Presentation on theme: "6GEO2 Unit 2 Geographical Investigations – Student Guide: Crowded Coasts – Part 1."— Presentation transcript:
6GEO2 Unit 2 Geographical Investigations – Student Guide: Crowded Coasts – Part 1
1.Overview 2.Requirements of the specification 3.What are crowded coasts? 4.Investigating crowded coasts 5.Ideas for fieldwork 6.Research on crowded coasts 7.Making it work for the exam CONTENTS Click on the information icon to jump to that section. Click on the home button to return to this contents page In Part 2
1. Overview Unit 2 has four components, but you are only required to study two of these. In the 75 minute exam you answer one question based on your two chosen topic areas. This means there is no choice. This exam is designed to test both knowledge and understanding of geographical concepts as well as geographical skills. Fieldwork, research and the enquiry process lie at the heart of this exam. The most important ways of ensuring the highest possible grades in this module is (i) being able to focus on the question set, (ii) to be able to use resources effectively, and (iii) to get your fieldwork in a form that works for the exam. UNIT 2: The Paired Options –you only study one in each pair! The ‘Physical’ Pair 1.Extreme Weather 2.Crowded Coasts The ‘Human’ Pair 1.Unequal Spaces 2.Rebranding
UNIT 2 – Assessment overview and structure Normally the first part of each question starts with a data stimulus element. The fieldwork and research elements are related directly to work you have carried out during a field trip AND may involve questions about how you processed, interpreted etc what you found. The remaining question is more management and issues based. Here case study knowledge will be required. The data stimulus in unlikely to be the 15 mark question Data stimulus with an analysis element is possible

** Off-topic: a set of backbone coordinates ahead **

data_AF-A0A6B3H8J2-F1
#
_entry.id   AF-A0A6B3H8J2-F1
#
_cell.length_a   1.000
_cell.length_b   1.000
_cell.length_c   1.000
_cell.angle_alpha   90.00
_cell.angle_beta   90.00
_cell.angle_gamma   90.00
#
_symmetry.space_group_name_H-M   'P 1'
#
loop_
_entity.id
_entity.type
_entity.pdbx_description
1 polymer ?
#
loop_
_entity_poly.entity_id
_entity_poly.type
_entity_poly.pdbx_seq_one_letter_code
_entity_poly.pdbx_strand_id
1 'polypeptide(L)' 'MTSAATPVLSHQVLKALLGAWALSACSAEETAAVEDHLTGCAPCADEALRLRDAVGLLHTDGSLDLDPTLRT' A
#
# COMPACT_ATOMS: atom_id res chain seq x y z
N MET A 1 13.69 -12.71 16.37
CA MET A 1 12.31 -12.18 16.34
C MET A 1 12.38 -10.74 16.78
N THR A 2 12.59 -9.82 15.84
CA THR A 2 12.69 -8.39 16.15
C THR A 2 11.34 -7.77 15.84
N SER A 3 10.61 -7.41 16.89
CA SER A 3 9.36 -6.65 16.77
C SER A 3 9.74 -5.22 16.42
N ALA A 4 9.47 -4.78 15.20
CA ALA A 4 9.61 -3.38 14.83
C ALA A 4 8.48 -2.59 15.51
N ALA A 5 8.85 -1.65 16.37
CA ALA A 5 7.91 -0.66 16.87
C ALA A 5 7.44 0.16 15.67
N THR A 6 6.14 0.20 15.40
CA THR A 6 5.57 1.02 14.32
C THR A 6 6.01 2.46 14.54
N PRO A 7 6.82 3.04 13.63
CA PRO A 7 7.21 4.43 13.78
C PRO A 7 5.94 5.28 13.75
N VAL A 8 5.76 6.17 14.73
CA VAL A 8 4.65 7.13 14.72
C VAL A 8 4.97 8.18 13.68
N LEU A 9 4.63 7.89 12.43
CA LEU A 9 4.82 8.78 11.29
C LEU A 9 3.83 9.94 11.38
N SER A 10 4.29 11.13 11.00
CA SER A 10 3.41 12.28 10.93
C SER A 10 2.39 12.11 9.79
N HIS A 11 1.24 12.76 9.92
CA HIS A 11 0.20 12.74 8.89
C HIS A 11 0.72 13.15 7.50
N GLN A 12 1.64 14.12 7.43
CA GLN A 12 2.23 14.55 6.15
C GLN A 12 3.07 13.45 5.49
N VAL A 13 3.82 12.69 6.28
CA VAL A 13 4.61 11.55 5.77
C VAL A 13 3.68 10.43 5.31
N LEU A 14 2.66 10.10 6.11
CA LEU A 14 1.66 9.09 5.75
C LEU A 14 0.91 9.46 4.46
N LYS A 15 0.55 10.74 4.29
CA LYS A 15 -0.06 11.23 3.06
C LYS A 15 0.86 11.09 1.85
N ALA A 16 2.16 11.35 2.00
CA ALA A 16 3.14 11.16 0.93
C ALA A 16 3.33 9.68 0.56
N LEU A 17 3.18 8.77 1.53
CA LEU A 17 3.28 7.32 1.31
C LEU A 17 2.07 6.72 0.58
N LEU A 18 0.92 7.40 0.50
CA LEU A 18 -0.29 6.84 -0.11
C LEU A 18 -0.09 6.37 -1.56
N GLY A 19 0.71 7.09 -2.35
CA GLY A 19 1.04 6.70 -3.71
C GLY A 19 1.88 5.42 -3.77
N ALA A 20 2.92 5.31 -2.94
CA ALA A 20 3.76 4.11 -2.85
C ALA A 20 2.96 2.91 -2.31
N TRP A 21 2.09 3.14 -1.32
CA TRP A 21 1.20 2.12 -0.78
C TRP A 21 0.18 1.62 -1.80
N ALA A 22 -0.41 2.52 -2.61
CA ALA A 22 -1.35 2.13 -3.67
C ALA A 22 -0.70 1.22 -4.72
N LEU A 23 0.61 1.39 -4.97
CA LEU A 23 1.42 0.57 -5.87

What makes the coast so attractive? The factors opposite show why the coastal zone has always attracted settlers and been favoured by developers. European countries built great ports to receive goods from their colonies abroad (e.g. The port of Hong Kong). Of the factors opposite, which do you think is the most important and why? How might this vary from place to place and time to time? Global - Quick coasts facts 3 billion people live within 100km of the coast Coastal population densities are typically 80 people / km2 – 50% more than non coastal areas; they rise to 1000+ in the Nile and Ganges deltas. Migration is a key component of growth